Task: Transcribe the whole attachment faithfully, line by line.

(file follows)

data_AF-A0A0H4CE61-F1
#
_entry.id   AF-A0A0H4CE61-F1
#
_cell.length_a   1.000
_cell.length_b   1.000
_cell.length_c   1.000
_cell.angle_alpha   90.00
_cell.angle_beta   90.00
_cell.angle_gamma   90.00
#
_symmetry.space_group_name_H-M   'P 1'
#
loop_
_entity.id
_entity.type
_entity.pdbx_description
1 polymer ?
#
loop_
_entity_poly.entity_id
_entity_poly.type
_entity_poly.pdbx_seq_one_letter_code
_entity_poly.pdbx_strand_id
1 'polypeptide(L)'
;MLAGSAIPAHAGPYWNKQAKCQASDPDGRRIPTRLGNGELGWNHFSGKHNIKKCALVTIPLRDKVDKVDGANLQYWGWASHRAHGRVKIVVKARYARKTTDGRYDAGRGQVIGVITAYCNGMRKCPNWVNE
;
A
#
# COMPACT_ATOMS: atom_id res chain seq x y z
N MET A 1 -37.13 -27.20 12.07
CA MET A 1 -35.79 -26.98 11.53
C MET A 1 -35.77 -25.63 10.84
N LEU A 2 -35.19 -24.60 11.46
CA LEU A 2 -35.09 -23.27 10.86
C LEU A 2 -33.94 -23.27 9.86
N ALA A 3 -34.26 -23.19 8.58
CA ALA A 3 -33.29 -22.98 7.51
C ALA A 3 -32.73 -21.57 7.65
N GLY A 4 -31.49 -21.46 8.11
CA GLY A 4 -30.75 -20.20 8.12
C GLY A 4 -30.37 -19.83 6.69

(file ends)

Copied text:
data_AF-A0A0H4CE61-F1
#
_entry.id   AF-A0A0H4CE61-F1
#
_cell.length_a   1.000
_cell.length_b   1.000
_cell.length_c   1.000
_cell.angle_alpha   90.00
_cell.angle_beta   90.00
_cell.angle_gamma   90.00
#
_symmetry.space_group_name_H-M   'P 1'
#
loop_
_entity.id
_entity.type
_entity.pdbx_description
1 polymer ?
#
loop_
_entity_poly.entity_id
_entity_poly.type
_entity_poly.pdbx_seq_one_letter_code
_entity_poly.pdbx_strand_id
1 'polypeptide(L)'
;MLAGSAIPAHAGPYWNKQAKCQASDPDGRRIPTRLGNGELGWNHFSGKHNIKKCALVTIPLRDKVDKVDGANLQYWGWASHRAHGRVKIVVKARYARKTTDGRYDAGRGQVIGVITAYCNGMRKCPNWVNE
;
A
#
# COMPACT_ATOMS: atom_id res chain seq x y z
N MET A 1 -37.13 -27.20 12.07
CA MET A 1 -35.79 -26.98 11.53
C MET A 1 -35.77 -25.63 10.84
N LEU A 2 -35.19 -24.60 11.46
CA LEU A 2 -35.09 -23.27 10.86
C LEU A 2 -33.94 -23.27 9.86
N ALA A 3 -34.26 -23.19 8.58
CA ALA A 3 -33.29 -22.98 7.51
C ALA A 3 -32.73 -21.57 7.65
N GLY A 4 -31.49 -21.46 8.11
CA GLY A 4 -30.75 -20.20 8.12
C GLY A 4 -30.37 -19.83 6.69